Jimmy & Lucy’s House of “K”
Andrew Schelling and Benjamin Friedlander
Nos. 1–9 (1984–89).
Both language poetry and minimalism, with their attention to the small particles of writing, produced in the 1970s a lot of journals with names that were a single syllable or at least a single irreducible word. In 1984 that kind of title felt austere and predictable. We jammed together some little photocopy imprint titles and came up with Jimmy & Lucy’s House of “K.” It began as a journal for poets writing about other poets. It quickly fetched up all sorts of odd prose items: writing that wasn’t quite essay, or manifesto, or epistle. The content strayed too—pieces on contemporary music, obituaries (not just poets but astrologers, musicians, experimental filmmakers, Buddhist lamas), hashish in Afghanistan, animal rights, vinyl record collections, and military slang.
Since the journal ran hardly any poetry, but that’s what most of its contributors wrote, we began to include in each issue a fugitive little chapbook by individual authors. It was hard to keep track of these inserts, which got produced in different sizes and shapes, and on a different schedule than the magazine, so journal issues and their chapbook accompaniments often got separated. Let the bibliographers figure this one out, we said. We titled the inserts “Lucy Has More Fun.”
If the titles seem juvenile, the work of producing the magazines was anything but. Ben had an old IBM Executive typewriter, huge heavy machinery, its keys badly worn. Its chief virtue was that it laid out letters so they resembled typesetting. Most typewriters have a uniform width for every key, but the Executive had variable spacing, so thin letter i or l got two spaces, thick m or w got four. The rest of the production was Exacto knives, white-out, and rubber cement. Then we photocopied it on legal-size paper. The crew at Krishna Copy in Berkeley took a liking to us. They gave us very cheap prices for copies, and let us use their industrial paper cutter, saddle stapler, and other tools that we needed. There is no way to know how many copies of each issue we made. Typically we’d make a first batch to cover subscribers, which included some libraries, and a few to drop off at local bookshops. When we ran out we’d head down to Krishna and make up another ten or twenty. Surely no issue had more than two or three hundred copies.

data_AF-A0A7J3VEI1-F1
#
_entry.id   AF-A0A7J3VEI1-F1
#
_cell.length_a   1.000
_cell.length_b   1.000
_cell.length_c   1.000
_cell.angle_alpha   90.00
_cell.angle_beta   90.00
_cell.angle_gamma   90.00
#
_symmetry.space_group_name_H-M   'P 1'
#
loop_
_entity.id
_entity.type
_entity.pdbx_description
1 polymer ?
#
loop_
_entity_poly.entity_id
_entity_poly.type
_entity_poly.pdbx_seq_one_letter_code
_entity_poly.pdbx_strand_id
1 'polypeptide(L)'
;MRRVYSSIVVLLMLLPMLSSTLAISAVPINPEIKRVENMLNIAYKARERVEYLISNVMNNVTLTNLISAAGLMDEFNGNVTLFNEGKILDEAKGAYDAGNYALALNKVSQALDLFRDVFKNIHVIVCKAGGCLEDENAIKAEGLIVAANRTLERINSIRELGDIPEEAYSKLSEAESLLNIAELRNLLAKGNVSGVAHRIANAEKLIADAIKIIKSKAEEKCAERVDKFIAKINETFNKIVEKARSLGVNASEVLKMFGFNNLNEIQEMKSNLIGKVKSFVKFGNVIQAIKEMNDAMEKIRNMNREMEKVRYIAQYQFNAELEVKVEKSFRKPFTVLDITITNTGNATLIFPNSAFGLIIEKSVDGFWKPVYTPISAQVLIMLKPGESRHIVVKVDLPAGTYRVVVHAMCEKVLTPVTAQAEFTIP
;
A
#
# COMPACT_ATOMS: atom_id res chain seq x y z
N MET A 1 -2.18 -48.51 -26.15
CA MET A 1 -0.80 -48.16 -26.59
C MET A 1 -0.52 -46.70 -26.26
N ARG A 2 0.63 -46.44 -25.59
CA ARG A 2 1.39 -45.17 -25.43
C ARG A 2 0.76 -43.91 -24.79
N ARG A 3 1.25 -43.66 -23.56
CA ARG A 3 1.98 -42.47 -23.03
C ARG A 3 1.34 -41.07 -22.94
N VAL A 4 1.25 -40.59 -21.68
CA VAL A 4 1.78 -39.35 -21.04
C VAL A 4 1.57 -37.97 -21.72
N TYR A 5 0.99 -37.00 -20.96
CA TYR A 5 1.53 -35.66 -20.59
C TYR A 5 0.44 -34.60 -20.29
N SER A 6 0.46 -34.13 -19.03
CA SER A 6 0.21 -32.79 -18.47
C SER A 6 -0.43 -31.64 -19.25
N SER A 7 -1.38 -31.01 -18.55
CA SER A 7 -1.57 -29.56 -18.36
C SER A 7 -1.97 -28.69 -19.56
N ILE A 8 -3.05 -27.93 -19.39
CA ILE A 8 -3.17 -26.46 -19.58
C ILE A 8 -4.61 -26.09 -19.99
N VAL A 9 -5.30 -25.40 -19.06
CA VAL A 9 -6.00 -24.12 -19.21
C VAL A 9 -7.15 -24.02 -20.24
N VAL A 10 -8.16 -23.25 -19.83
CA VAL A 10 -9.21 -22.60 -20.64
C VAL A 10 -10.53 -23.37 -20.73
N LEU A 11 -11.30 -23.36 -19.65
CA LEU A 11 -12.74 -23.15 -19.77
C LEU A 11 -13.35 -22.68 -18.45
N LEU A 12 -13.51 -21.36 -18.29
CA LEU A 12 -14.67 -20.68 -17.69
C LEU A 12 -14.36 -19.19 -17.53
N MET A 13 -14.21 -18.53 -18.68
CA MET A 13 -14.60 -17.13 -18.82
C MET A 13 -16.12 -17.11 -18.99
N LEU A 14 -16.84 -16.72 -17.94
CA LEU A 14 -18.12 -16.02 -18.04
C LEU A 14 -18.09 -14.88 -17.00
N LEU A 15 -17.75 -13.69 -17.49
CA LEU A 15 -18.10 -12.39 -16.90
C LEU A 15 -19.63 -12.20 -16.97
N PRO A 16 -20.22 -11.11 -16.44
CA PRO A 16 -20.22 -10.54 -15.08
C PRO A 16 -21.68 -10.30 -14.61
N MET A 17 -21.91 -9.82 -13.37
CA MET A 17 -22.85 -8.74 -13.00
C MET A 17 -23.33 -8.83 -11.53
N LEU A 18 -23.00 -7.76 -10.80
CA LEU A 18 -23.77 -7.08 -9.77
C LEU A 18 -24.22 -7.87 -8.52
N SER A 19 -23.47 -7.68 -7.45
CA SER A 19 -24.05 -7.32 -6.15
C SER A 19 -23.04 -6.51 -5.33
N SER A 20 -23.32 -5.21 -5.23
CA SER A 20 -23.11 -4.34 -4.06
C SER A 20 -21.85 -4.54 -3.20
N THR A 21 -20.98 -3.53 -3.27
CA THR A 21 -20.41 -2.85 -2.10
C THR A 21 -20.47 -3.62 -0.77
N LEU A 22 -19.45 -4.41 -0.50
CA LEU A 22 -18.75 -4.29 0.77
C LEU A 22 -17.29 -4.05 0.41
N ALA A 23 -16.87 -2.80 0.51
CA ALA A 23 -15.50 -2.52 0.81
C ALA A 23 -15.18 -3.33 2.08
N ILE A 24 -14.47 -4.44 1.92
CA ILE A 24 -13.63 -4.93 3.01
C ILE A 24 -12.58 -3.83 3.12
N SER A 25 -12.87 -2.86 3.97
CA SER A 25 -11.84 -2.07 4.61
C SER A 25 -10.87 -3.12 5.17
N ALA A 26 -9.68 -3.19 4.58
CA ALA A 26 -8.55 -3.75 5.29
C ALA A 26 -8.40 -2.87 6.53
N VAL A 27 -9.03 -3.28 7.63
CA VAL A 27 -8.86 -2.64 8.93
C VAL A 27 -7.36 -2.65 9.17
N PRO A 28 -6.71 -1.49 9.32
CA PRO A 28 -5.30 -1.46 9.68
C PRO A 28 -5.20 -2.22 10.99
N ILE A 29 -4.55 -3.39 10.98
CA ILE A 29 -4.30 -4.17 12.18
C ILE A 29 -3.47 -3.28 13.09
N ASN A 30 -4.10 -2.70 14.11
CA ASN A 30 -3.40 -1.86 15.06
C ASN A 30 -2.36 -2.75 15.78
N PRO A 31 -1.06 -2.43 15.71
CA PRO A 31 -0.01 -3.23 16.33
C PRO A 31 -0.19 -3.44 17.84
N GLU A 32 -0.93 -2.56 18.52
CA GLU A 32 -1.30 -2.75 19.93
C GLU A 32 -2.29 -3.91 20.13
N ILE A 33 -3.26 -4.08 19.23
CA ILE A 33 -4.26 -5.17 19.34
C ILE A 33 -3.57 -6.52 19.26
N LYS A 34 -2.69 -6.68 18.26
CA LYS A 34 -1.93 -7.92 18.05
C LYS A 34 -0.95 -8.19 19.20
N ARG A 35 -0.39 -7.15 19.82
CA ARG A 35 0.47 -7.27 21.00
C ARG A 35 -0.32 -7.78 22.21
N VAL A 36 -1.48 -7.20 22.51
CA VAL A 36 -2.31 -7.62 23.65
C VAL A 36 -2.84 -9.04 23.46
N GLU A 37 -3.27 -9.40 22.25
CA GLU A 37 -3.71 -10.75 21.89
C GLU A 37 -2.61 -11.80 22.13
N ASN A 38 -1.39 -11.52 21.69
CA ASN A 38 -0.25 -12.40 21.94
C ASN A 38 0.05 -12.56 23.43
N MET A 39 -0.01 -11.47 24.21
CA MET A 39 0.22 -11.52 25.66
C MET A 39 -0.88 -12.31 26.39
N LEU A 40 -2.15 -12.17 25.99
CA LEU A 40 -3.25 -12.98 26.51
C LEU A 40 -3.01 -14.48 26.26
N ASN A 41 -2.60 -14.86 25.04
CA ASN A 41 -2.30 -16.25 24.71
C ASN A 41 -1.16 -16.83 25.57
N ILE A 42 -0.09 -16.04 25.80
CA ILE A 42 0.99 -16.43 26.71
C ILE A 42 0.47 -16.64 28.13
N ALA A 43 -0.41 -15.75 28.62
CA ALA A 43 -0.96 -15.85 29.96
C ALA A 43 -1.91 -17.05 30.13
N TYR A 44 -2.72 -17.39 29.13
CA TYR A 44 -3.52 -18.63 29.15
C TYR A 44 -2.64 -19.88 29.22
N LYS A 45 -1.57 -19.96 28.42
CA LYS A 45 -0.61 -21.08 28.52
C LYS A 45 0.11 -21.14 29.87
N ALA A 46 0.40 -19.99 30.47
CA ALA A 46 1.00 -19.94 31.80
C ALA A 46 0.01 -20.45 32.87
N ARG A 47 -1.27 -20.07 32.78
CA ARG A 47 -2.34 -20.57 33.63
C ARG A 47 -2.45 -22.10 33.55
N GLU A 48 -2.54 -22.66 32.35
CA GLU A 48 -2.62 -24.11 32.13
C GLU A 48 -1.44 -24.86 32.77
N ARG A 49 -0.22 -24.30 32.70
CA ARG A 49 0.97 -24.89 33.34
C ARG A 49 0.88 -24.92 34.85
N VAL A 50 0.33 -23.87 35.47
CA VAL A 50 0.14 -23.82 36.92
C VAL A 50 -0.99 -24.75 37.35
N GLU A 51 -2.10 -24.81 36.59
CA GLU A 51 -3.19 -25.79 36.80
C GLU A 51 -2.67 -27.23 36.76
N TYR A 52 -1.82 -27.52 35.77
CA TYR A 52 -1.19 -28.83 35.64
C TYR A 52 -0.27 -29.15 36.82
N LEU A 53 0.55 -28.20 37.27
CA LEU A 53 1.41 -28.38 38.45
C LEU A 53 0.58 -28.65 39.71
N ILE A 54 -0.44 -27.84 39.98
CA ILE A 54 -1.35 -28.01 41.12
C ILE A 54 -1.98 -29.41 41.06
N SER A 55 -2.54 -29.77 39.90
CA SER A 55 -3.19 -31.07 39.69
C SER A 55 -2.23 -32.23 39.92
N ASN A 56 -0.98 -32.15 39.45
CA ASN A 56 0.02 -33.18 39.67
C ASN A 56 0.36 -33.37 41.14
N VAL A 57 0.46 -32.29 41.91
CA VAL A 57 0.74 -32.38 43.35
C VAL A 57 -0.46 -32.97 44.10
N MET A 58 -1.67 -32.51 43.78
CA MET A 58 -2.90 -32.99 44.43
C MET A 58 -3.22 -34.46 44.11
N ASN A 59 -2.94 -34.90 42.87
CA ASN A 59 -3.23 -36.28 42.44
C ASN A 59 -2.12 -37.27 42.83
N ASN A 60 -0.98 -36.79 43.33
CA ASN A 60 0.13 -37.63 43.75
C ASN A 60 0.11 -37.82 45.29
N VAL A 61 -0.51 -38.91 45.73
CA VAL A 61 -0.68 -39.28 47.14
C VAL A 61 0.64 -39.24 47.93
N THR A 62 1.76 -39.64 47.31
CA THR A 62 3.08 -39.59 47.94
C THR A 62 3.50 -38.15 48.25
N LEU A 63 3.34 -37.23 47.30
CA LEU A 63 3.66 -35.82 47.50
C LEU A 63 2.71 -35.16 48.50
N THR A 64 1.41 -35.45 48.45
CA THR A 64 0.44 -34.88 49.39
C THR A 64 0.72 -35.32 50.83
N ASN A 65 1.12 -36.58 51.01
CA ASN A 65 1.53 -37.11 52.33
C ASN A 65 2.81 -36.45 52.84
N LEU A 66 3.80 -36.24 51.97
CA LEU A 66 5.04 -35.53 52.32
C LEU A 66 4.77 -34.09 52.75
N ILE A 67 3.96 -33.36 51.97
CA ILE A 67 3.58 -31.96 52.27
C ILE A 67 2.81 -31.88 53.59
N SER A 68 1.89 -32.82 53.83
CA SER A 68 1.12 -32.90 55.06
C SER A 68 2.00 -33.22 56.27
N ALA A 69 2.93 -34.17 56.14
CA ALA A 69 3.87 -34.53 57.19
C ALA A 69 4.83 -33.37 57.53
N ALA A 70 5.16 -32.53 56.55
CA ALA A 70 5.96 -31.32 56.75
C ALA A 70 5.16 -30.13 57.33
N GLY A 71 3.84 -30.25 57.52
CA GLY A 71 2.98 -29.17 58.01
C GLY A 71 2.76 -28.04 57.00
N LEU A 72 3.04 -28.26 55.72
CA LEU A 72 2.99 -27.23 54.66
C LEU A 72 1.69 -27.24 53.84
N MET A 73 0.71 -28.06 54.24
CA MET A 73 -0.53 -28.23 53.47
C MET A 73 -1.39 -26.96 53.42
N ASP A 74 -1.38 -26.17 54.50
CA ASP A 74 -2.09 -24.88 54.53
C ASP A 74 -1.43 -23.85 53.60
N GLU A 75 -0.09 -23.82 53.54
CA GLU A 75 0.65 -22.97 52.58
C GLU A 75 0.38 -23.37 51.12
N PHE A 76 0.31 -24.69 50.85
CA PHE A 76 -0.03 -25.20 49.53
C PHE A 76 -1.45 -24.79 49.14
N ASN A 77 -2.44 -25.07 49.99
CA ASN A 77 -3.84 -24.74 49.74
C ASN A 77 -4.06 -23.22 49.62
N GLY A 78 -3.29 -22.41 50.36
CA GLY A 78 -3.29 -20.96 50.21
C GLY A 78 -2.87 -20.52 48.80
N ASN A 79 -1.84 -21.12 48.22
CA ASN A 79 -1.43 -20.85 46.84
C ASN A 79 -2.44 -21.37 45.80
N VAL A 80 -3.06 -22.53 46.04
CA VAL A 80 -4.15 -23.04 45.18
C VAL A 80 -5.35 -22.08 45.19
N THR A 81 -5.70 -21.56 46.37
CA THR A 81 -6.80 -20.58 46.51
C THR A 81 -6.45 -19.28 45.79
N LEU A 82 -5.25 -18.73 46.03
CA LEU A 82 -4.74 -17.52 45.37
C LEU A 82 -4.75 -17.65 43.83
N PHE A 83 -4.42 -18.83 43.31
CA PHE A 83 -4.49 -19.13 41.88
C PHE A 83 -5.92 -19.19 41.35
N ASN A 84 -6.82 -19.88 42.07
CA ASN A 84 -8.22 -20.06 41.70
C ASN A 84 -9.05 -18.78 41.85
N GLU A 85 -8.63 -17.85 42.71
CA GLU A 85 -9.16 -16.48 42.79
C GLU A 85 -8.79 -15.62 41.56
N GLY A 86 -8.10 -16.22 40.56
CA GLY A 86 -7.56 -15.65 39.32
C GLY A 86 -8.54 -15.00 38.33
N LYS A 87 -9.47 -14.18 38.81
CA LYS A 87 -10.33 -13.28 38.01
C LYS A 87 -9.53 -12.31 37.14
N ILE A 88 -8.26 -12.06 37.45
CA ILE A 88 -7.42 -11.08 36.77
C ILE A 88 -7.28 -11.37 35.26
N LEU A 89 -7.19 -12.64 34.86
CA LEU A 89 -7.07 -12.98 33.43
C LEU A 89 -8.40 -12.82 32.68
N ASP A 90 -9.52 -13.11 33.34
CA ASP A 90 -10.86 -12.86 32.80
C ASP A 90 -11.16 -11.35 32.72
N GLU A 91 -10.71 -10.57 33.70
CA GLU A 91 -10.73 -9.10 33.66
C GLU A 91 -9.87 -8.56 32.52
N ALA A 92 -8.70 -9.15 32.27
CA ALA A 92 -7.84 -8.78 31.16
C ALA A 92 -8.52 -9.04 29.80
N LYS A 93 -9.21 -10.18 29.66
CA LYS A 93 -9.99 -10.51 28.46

Of the nine issues, each third one was a special theme issue. Number three greeted Robert Duncan’s return to publishing with Ground Work: Before the War, after his book moratorium of fourteen years. A review that the San Francisco Chronicle had requested from Ronald Johnson, then rejected as too esoteric, was emblematic of the kinds of things we could and did publish. Issue six commemorated the fifty titles Lyn Hejinian had published (and printed) under the Tuumba Press imprint. We got somebody to write on almost every one of the Tuumba chapbooks. Issue nine, our final one, carried the transcript of a weekend on Buddhism and poetry that Norman Fischer had put on at Green Gulch Zen Center. For this, “The Poetics of Emptiness,” David Sheidlower printed a letterpress cover, using Lyn Hejinian’s old Chandler & Price platen press.
Nada Gordon proofread with us. Pat Reed and Stephen Rodefer occasionally helped with typing, or cut and paste. Lots of the young experimental writers around the East Bay, alongside language poetry elders, contributed the writing. Some of the New American poetry generation gave us pieces as well. Larry Eigner, Leslie Scalapino, Charles Bernstein, Rachel DuPlessis, Philip Whalen, Nathaniel Mackey, Susan Howe, Carla Harryman, Bob Grenier, and always work by the editors, typists, and proofreaders. Nobody ever questioned how homemade, funky, or non-establishment the thing looked.
— Andrew Schelling, Boulder, Colorado, January 2017